So I'm going to change the Offset to Fixed. And you can see right-away I can already see the image because InDesign is placing the baseline, which in this case it seizes the bottom of the image at a fixed height, in this case 0, from the top of the cell, which is treating like a little text frame. The other change that I like to make and then I think it's a good idea to do is to change the alignment from the top to the bottom. And now I can see the image, and more importantly I can get to it to resize it and change it and modify in any way I want to make it fit in that cell properly.
So I'm going to click OK and choose my Selection tool and now I can hold down Shift+Command or Ctrl and I can just make this the correct size. It's very easy to get to, and because it's an in-line object, I can even raise it a little bit if I want to. So those three settings are really important and because I know I'm going to put images in these other cells, I'm going to just go ahead and select the other cells in this column and go back to my Cell Options dialog using the keyboard shortcuts Option+Command or Alt+Ctrl+B, and we're going to change those three settings for all the cells in this column.
So number one, I want to make the Cell Insets 0. Number two, I'm going to make the Vertical Justification aligned to the bottom. That's not really what makes these images accessible to us but the most important setting of all is to set this First Baseline to a Fixed Offset. Now, that these cells have that setting I can start placing images. So Command or Ctrl+D and I'll bring in a lovely Austrian timepiece here and so I can select it and hold down Shift +Command or Ctrl and resize it.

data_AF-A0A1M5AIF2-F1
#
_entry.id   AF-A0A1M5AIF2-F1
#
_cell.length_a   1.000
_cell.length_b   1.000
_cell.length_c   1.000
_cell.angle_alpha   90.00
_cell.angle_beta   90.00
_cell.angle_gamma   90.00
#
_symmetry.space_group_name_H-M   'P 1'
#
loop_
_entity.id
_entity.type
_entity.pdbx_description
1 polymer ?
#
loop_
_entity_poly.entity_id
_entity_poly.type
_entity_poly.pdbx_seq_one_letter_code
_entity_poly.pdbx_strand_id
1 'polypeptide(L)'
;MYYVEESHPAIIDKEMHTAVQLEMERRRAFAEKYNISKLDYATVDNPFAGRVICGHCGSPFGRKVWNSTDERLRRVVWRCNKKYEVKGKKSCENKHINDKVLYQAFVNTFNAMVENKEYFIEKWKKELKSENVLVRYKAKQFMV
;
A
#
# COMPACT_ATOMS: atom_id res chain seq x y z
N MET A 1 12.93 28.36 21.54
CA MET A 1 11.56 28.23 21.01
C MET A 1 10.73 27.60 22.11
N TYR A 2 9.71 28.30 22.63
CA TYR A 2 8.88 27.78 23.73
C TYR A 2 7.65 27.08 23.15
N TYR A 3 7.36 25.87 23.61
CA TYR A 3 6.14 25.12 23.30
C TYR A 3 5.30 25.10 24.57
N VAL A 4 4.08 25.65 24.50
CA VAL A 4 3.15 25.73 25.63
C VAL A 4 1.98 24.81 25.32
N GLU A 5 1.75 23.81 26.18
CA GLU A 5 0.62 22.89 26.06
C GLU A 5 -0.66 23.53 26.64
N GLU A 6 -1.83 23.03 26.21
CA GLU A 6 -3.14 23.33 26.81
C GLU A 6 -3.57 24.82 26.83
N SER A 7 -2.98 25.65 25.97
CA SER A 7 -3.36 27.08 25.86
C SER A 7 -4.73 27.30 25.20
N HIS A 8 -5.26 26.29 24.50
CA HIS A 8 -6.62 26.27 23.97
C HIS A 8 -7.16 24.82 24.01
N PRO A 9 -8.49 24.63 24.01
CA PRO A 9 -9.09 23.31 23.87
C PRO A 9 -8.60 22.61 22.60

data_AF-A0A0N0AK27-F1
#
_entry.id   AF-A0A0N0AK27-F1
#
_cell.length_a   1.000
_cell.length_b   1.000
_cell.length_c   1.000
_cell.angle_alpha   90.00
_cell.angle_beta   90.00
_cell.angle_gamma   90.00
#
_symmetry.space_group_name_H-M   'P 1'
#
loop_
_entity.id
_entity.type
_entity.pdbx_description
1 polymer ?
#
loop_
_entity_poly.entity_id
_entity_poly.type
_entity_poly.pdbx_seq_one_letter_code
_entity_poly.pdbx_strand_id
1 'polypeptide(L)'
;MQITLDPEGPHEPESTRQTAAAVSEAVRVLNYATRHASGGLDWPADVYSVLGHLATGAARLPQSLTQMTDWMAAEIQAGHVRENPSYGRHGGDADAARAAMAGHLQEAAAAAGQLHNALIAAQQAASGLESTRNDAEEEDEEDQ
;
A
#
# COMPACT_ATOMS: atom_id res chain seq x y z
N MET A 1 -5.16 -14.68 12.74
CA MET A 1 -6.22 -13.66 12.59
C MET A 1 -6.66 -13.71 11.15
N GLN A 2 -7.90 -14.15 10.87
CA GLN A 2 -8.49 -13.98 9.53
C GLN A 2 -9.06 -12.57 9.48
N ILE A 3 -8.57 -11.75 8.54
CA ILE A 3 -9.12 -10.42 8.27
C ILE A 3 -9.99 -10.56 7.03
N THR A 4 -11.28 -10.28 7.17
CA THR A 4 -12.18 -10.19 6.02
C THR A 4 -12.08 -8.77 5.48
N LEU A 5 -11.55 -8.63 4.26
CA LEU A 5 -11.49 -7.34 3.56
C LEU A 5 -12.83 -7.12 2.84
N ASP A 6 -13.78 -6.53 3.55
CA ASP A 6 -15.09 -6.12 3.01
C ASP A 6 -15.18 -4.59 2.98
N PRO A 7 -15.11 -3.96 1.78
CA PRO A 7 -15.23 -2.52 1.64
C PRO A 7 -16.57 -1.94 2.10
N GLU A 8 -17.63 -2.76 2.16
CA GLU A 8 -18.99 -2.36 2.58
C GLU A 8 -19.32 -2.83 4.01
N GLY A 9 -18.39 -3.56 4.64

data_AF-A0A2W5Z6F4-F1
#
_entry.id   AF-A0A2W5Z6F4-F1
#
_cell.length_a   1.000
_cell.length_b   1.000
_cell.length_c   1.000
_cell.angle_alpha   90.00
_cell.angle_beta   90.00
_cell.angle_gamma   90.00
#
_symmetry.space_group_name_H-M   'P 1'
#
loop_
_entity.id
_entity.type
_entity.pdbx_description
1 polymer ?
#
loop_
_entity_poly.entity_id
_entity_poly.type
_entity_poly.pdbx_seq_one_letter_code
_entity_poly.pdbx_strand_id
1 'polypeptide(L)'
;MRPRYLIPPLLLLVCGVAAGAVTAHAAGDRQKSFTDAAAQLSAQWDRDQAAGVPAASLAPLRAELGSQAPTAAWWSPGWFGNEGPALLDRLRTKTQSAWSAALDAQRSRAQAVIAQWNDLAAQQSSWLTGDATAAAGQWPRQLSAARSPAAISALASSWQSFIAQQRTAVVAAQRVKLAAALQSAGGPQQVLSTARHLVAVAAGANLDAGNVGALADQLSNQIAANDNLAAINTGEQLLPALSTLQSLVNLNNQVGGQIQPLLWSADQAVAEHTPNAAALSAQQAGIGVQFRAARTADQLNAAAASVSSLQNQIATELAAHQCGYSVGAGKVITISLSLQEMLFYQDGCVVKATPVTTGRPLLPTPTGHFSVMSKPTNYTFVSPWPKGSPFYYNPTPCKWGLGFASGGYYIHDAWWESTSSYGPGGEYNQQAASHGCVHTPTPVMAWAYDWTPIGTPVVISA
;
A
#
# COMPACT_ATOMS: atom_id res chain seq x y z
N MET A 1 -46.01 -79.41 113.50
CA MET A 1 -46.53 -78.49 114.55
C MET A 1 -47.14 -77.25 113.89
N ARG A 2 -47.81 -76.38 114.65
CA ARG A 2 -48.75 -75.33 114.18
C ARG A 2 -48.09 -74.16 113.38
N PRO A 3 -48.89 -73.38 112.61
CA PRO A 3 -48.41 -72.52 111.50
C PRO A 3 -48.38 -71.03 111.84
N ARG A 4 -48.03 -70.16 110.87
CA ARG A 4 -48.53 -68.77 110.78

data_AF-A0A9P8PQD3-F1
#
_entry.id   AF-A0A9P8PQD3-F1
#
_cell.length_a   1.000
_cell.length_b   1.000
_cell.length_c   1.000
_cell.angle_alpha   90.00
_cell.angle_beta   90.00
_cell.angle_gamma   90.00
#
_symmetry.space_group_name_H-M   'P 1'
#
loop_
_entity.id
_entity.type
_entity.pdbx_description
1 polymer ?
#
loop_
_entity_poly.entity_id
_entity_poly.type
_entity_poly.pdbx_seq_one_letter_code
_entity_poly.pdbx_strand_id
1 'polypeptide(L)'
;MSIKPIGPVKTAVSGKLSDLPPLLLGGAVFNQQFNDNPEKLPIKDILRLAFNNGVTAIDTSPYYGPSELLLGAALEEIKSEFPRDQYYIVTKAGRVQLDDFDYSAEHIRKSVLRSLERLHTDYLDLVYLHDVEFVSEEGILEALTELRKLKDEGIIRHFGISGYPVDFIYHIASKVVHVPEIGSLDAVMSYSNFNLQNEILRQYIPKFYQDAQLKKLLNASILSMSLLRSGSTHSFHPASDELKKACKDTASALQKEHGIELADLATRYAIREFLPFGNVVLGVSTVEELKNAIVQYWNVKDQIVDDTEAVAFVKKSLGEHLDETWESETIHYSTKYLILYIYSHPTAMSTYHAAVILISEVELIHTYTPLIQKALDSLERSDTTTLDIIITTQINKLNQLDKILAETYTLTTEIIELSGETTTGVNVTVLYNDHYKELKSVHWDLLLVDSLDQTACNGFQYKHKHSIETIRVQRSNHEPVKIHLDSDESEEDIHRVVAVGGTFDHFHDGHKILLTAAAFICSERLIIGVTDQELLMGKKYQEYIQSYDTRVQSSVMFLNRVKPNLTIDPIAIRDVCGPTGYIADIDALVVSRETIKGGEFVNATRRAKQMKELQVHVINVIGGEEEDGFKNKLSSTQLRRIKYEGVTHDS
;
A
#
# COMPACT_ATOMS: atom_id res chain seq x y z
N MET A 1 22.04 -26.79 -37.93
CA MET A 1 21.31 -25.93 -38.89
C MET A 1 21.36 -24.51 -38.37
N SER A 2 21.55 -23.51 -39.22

That didn't hurt one bit. Go to the next cell, Command or Ctrl+D and let's bring in a Grecian urn, and that's a nice size graphic. So I'm going to select it and start scaling it down. Now, with this image there's one more thing I want to show you. Let's say that what we want with this image is not really the whole thing but we really want to close-up the main part of the base. I need to get into this cell and I can't really just click in it because the image is in the way. So I'm going to go to the cell to the right and Shift+Tab to get in it and then go back to our Cell Options > Text dialog.
And there's one more setting that is important when we're working with images and that is Clip Contents to Cell. I'm going to turn that on and when we use this setting InDesign will essentially crop or mask any image that's in a cell to that cell. And so now, I can click on this image and I can drag it down into position so that the main bull of the vase is there. I could even scale it up if I want to. If I again select the image, I can use the keyboard shortcuts for scaling an image, Option+Command or Alt+Ctrl and Period makes it larger, so we can really scale up or maybe that's a little too close in, so I can use Option+Command or Alt+Ctrl and the Comma key to scale down.
Looking good and it's not hurting a bit as I say, and we'll put one more image in Command+D and let's put in our little French plate. Wow! Was that lucky or what? It fit in perfectly. Let's go for the whole run. There is a piece of furniture that we can again scale down. I'm using the keyboard shortcuts and I can just drag it up into position because it's an anchored object. So you can see that placing images is not that difficult.
Our table looks pretty good and once we know the settings we need to make in the cells, it's pretty easy to do. Thing is, you just need to remember, in most situations you'll need to set that First Baseline to Fixed and adjust the Vertical Justification so that you can control the positioning. But using images and tables opens up all kinds of possibilities. Remember too that you can even turn off all the row and column strokes in the cell fills and use the table to structure any kind of series where you have text in an image like instructions or steps of how to do things.
Tables don't always have to have fills and strokes, so with images and the flexibility that you really have with tables plus their grid structure underneath, well, the possibilities are limitless.